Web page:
The cosmopolitan family Melastomataceae is a very large group of more than 3 000 species of perennials, climbers, shrubs and trees that occur mainly in the tropics of South America. One of its most well known members in ornamental horticulture is TIBOUCHINA granulosa – the purple glory tree. It occurs naturally in Brazil, and here in South Africa performs well in the Lowveld and East London areas, and along the KwaZulu-Natal coast. In southern Africa Melastomataceae is represented by five indigenous genera: Antherotoma, Dissotis, Melastomastrum, Memecylon and Warneckea, of which the showy Dissotis is the most important for cultivation. Dissotis (meaning ‘of two types’, referring to the two kinds of anthers produced by the stamens) is an entirely African genus containing about 120 species that extend from the Eastern Cape to tropical Africa. Three of these species, D. canescens, D. princeps and D. pulchra, occur in the summer-rainfall parts of southern Africa. Within this region, D. pulchra is limited to Namibia and not well known in cultivation, while D. canescens and D. princeps are sometimes grown, with gardeners not yet fully recognizing their potential as superb, long-lived garden subjects for frost-free areas. Strongly resembling TIBOUCHINA urvilleana, the large saucer-shaped blooms of DISSOTIS princeps are especially showy in late summer and early autumn, as are those of the smaller-flowered D. canescens.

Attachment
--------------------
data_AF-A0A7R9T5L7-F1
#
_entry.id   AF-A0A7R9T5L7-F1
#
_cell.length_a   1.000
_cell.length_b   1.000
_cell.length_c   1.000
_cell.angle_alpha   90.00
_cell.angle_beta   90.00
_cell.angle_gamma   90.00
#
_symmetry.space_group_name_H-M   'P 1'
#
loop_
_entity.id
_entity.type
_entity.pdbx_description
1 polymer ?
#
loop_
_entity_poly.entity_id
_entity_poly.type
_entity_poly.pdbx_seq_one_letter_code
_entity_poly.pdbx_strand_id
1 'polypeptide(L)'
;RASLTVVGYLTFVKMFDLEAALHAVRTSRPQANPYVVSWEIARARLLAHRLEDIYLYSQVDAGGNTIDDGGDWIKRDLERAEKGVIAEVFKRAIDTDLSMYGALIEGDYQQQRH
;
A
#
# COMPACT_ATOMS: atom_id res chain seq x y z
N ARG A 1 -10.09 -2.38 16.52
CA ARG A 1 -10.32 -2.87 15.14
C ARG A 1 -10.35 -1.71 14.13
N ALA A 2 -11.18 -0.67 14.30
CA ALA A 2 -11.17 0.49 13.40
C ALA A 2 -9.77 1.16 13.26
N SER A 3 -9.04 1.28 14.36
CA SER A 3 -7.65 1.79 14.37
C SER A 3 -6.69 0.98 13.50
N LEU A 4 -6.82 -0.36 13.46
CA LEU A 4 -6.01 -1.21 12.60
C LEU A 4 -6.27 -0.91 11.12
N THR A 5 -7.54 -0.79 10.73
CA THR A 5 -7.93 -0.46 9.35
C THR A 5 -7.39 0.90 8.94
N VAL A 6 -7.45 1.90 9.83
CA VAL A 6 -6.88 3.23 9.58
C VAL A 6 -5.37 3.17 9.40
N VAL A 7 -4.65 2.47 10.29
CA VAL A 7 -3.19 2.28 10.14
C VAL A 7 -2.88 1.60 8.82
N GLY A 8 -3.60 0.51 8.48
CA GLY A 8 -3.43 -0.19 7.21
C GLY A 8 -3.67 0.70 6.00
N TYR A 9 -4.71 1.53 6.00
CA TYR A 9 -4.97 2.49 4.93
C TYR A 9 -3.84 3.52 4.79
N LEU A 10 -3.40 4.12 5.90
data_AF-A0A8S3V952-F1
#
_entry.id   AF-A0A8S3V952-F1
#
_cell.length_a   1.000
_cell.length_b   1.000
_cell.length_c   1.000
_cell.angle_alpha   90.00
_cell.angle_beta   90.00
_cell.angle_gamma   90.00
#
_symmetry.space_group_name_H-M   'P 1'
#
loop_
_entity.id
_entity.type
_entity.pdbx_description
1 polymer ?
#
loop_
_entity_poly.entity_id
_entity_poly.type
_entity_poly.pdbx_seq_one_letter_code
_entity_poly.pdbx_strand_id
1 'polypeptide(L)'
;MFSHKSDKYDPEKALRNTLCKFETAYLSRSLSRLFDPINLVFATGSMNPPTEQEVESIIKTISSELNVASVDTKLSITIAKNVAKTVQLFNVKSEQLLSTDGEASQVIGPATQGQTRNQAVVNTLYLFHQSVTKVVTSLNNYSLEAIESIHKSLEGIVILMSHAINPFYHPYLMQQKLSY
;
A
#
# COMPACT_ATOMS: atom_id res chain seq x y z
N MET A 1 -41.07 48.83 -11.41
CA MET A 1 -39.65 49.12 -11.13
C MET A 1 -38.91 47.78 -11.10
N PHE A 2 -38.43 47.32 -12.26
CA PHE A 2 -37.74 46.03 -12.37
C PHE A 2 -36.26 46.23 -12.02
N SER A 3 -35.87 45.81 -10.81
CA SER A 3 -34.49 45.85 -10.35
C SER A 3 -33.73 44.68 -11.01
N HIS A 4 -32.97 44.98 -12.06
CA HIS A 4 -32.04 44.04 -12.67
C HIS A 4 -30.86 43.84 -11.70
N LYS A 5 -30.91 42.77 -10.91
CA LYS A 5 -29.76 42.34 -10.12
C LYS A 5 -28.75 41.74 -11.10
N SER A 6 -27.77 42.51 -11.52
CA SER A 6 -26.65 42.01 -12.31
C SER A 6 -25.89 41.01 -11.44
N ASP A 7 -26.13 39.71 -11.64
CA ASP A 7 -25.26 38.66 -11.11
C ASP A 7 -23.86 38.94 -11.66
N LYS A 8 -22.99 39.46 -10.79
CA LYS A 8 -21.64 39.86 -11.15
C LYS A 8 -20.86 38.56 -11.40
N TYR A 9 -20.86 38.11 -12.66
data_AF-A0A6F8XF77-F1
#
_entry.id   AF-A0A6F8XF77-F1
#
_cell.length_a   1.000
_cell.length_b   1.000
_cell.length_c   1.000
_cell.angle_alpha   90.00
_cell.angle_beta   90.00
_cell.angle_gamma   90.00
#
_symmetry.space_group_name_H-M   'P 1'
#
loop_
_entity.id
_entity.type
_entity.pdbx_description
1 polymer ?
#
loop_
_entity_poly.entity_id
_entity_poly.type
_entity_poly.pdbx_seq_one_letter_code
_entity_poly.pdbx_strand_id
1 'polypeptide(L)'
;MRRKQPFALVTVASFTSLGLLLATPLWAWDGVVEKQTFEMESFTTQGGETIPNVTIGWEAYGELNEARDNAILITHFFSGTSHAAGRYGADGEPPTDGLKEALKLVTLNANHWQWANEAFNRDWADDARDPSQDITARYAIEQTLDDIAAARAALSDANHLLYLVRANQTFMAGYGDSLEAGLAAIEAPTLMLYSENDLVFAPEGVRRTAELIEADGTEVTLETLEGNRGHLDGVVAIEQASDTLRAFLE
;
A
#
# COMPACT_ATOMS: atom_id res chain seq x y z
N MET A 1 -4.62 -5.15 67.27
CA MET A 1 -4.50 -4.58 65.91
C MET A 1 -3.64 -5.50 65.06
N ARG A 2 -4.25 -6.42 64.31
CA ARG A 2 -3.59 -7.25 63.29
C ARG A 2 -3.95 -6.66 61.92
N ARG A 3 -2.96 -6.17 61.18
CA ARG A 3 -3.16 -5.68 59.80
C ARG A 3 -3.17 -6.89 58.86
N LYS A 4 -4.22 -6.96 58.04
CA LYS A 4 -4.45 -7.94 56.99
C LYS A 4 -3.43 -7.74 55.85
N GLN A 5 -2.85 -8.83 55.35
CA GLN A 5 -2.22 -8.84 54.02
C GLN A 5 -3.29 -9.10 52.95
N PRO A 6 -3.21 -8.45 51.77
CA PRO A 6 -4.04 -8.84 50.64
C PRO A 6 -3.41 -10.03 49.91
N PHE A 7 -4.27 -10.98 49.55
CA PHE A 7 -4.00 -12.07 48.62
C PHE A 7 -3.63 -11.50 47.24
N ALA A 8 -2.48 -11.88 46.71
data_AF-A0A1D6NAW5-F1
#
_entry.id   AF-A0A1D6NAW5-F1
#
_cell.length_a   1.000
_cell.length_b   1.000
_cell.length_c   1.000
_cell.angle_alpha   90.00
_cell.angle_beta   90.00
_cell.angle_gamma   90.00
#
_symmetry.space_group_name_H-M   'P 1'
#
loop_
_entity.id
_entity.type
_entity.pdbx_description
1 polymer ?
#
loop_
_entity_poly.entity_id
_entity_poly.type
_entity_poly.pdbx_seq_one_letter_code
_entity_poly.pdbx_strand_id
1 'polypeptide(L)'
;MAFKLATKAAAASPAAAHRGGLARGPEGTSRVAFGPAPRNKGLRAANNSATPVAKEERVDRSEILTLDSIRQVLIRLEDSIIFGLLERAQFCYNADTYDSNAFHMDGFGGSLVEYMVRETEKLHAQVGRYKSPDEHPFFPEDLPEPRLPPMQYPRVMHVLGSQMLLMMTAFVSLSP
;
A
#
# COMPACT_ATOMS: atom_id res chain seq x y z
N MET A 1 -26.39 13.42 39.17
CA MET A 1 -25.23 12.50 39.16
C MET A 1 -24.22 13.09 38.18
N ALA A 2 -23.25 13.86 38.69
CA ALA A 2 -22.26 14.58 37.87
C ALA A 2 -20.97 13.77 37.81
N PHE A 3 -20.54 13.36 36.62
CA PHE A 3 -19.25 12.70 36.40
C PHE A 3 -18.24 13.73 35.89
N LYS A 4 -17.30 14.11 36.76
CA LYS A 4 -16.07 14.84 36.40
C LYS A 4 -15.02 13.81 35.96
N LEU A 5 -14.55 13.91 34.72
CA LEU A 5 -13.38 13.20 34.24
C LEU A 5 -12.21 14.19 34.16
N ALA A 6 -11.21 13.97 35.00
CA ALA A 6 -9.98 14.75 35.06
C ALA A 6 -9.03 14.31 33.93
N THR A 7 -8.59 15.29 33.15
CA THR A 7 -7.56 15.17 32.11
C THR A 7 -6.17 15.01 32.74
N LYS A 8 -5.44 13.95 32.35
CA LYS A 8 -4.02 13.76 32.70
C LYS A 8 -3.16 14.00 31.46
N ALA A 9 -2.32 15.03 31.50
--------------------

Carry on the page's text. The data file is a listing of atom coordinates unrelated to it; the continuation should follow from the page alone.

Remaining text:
Pink Marsh Dissotis, Wild Lasiandra, Ordeal Bean, Pink wild Tibouchina D. canescens occurs from the Eastern Cape through KwaZulu-Natal to Swaziland, Mpumalanga and Limpopo. It forms an erect, much-branched, soft-wooded small shrub, with oval-shaped leathery leaves produced in opposite pairs. The leaves are densely covered with very short grey hairs, hence the Latin name canescens. Masses of bright pink, purple or reddish flowers are borne in dense clusters from January to April. The flowers attract large numbers of carpenter bees. D. canescens likes a full sun position and permanently moist, slightly acid soil containing plenty of well-decomposed compost. Young plants are best set out from nursery containers in spring, as new growth begins, and they must be planted at the same depth as they were growing in the container. Regular heavy drenching is required throughout the active growing period in summer. The stems can be cut back to about one third of their length in late autumn in order to stimulate vigorous new growth in spring. This is a magnificent species for large garden beds or as a specimen plant for small gardens.